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GEORGE HARRISON, HAMBILDEN, 1983


GEOFFREY: How do you remember your guru, Srila Prabhupada?

GEORGE: Prabhupada always used to say that he was "the servant of the servant of the servant of Krishna." He was very humble. The thing about Prabhupada, he was more like a dear friend than anything else. We used to sit in this room in my house and talk for hours.

GEOFFREY: I understand that on his deathbed he called you "his archangel," took a ring from his finger, and instructed his disciples to make sure you got it. Did you?

GEORGE: Yes, I got it. I have it.

GEOFFREY: Were you his disciple?

GEORGE: As far as being a full-fledged devotee, no. I was never really into it that far. I liked him and his philosophy, though. I never followed the rules and regulations that strictly, however. Wxcept for maybe a few months.

GEOFFREY: Anything else to say about the Hare Krishna movement?

GEORGE: Well, I love the food. When I visited the place in India [Mayapur] last year I got up with them at four in the morning and after mangal arti [morning prayers] they brought me a forty-course breakfast. All on silver and everything. I was the honored guest. Which, of course, is better than being an unhonored guest!

GEOFFREY: What is your attitude towards spiritual life these days?

GEORGE: I was at the airport in Honolulu and I met a guy dressed in these old saffron corduroys. He approached me with a book and said, "My guru wants you to have this." I didn't make out if he recognized me or not. I said, "What do you mean, your guru wants me to have this book? Does he know I'm here?" The book said, "Something, Something Guru, the World's spiritual leader." Now I read the book and this guy doesn't like anybody. He ran down Sai Baba, Yogananada, Guru Maharaji, and everybody. Although he did quote Prabhupada's books (and everyone else's for that matter). It seemed very dogmatic. I'm just not into that. It's the organization of religion that turns me off a bit. I try to go into myself. Like Donovan said, "You've got to go into your own temple once a day." It's a very personal thing, spiritual life.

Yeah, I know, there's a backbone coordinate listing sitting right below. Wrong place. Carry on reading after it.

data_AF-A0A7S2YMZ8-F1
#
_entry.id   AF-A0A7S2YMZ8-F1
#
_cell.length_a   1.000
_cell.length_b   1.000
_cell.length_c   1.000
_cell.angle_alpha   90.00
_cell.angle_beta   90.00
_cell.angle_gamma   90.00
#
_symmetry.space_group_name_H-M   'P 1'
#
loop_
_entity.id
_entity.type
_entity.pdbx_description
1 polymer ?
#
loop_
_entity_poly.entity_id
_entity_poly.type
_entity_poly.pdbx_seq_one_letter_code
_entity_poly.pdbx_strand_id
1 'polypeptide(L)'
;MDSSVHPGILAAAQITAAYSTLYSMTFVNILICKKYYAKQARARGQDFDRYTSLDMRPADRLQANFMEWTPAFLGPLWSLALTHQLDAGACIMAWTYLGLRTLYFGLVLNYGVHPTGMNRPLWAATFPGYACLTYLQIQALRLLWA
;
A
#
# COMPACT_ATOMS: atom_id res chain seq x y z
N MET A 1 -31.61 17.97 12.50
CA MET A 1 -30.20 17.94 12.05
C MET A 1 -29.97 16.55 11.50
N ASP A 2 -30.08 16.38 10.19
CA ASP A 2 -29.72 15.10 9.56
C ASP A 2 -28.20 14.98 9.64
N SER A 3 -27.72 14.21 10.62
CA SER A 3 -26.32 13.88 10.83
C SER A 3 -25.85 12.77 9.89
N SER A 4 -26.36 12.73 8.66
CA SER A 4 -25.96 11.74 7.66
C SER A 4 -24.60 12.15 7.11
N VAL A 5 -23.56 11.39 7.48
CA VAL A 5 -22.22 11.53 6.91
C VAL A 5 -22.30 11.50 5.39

GEOFFREY: Tell me a bit about the new book [The Love You Make] on the Beatles by your former Apple attache Peter Brown.

GEORGE: Peter Brown came by with this guy [co-author S. Gaines] for about ten minutes to Friar Park, had a cup of coffee, and they left.

GEOFFREY: What did he ask you?

GEORGE: Nothing. There was no interview, nothing. They just had a coffee and split. Then he goes away and acts like the three of us sat him down and said, "Right, Peter, you're the one. You should be writing this. You tell the story." The guy made millions, you know.

GEOFFREY: Millions, really?

GEORGE: Yeah. It's one of the best-selling books in the world. Well, a million anyway. But it's crazy.

GEOFFREY: What do you mean?

GEORGE: We took this guy from Liverpool. Made him. Gave him a job. Helped him establish himself. After all those years, then he comes out with this rubbish.

GEOFFREY: I've heard that Mal Evan's diaries were stolen and are soon to be published by an American magazine.

GEORGE: Well, Mal certainly kept diaries for years. He always wrote down everything that happened. The problem is the legal ownership of those diaries.

GEOFFREY: I've heard that the woman he was living with at the time of his death had taken them.

GEORGE: Yeah, but the rights are so unclear. They'll never be published.

GEOFFREY: How do you feel about the Beatles' myth today?

GEORGE: All this stuff about the Beatles being able to save the world was rubbish. I can't even save myself. It was just people trying to put the responsibility on our shoulders. The thing about the Beatles is that they saved the world from boredom. I mean, even when we got to America the first time, everybody was running around with Bermuda shorts on, brush cuts, and braces on their teeth. But we really didn't create any great change, we just ...

GEOFFREY: Heralded it?

GEORGE: Heralded the change of consciousness that happened in the sixties.  We went along with it, that's all.

GEOFFREY: Gave it a voice, maybe?

GEORGE: Yeah, I guess.

GEOFFREY: I met Yoko recently. She seems fine, you know. She seems to be trying to carry on with life, her and Sean, who, by the way, is a very bright kid.

GEORGE: Yeah. I'd love to meet Sean. I bet he is. I don't know, the whole Beatles thing is like a horror story, a nightmare. I don't even like to talk about it. I just hate it.

GEOFFREY: Sorry. What about gardening? I know you love that. Don't you have all kinds of exotic plants and trees from around the world up at Friar Park?

GEORGE: No, not really. I get all my stuff from a local nursery here in Henley. I've got a few gardeners working the place. Trying to spruce it up a bit. It was let go for years, but it's coming along, little by little. Getting better all the time, you might say.

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